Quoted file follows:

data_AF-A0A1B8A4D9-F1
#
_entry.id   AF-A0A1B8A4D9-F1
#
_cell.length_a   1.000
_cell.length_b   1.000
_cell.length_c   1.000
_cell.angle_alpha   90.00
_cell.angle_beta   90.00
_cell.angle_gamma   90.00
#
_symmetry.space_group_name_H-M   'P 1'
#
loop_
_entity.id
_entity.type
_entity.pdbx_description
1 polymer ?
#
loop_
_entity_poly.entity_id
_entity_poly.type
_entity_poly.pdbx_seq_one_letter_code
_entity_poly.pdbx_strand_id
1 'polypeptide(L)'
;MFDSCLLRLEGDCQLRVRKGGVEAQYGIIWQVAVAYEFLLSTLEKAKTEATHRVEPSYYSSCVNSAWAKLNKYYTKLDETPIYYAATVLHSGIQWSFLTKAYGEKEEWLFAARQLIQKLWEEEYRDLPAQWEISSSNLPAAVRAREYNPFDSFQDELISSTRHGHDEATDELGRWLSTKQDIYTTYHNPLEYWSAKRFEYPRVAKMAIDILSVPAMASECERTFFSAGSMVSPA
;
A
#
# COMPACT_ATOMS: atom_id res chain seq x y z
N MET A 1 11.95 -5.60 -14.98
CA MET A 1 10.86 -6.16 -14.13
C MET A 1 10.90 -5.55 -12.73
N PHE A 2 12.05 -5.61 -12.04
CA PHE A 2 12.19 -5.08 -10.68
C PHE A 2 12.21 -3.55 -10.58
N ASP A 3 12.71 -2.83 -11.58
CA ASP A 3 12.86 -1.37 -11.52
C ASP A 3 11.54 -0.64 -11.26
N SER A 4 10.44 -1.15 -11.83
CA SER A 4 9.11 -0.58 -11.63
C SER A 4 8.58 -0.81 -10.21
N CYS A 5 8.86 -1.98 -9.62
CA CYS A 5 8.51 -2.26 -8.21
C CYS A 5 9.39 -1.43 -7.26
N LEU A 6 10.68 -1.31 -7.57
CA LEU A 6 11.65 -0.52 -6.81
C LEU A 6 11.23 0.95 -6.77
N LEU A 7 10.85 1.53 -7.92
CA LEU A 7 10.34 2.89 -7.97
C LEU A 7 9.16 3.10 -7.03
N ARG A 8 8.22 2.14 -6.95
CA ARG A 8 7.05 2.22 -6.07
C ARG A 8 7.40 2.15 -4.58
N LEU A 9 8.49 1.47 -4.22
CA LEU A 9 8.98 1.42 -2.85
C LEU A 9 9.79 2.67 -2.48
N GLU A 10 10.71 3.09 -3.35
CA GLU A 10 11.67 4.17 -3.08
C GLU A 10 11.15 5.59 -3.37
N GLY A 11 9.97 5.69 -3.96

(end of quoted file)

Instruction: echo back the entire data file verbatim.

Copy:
data_AF-A0A1B8A4D9-F1
#
_entry.id   AF-A0A1B8A4D9-F1
#
_cell.length_a   1.000
_cell.length_b   1.000
_cell.length_c   1.000
_cell.angle_alpha   90.00
_cell.angle_beta   90.00
_cell.angle_gamma   90.00
#
_symmetry.space_group_name_H-M   'P 1'
#
loop_
_entity.id
_entity.type
_entity.pdbx_description
1 polymer ?
#
loop_
_entity_poly.entity_id
_entity_poly.type
_entity_poly.pdbx_seq_one_letter_code
_entity_poly.pdbx_strand_id
1 'polypeptide(L)'
;MFDSCLLRLEGDCQLRVRKGGVEAQYGIIWQVAVAYEFLLSTLEKAKTEATHRVEPSYYSSCVNSAWAKLNKYYTKLDETPIYYAATVLHSGIQWSFLTKAYGEKEEWLFAARQLIQKLWEEEYRDLPAQWEISSSNLPAAVRAREYNPFDSFQDELISSTRHGHDEATDELGRWLSTKQDIYTTYHNPLEYWSAKRFEYPRVAKMAIDILSVPAMASECERTFFSAGSMVSPA
;
A
#
# COMPACT_ATOMS: atom_id res chain seq x y z
N MET A 1 11.95 -5.60 -14.98
CA MET A 1 10.86 -6.16 -14.13
C MET A 1 10.90 -5.55 -12.73
N PHE A 2 12.05 -5.61 -12.04
CA PHE A 2 12.19 -5.08 -10.68
C PHE A 2 12.21 -3.55 -10.58
N ASP A 3 12.71 -2.83 -11.58
CA ASP A 3 12.86 -1.37 -11.52
C ASP A 3 11.54 -0.64 -11.26
N SER A 4 10.44 -1.15 -11.83
CA SER A 4 9.11 -0.58 -11.63
C SER A 4 8.58 -0.81 -10.21
N CYS A 5 8.86 -1.98 -9.62
CA CYS A 5 8.51 -2.26 -8.21
C CYS A 5 9.39 -1.43 -7.26
N LEU A 6 10.68 -1.31 -7.57
CA LEU A 6 11.65 -0.52 -6.81
C LEU A 6 11.23 0.95 -6.77
N LEU A 7 10.85 1.53 -7.92
CA LEU A 7 10.34 2.89 -7.97
C LEU A 7 9.16 3.10 -7.03
N ARG A 8 8.22 2.14 -6.95
CA ARG A 8 7.05 2.22 -6.07
C ARG A 8 7.40 2.15 -4.58
N LEU A 9 8.49 1.47 -4.22
CA LEU A 9 8.98 1.42 -2.85
C LEU A 9 9.79 2.67 -2.48
N GLU A 10 10.71 3.09 -3.35
CA GLU A 10 11.67 4.17 -3.08
C GLU A 10 11.15 5.59 -3.37
N GLY A 11 9.97 5.69 -3.96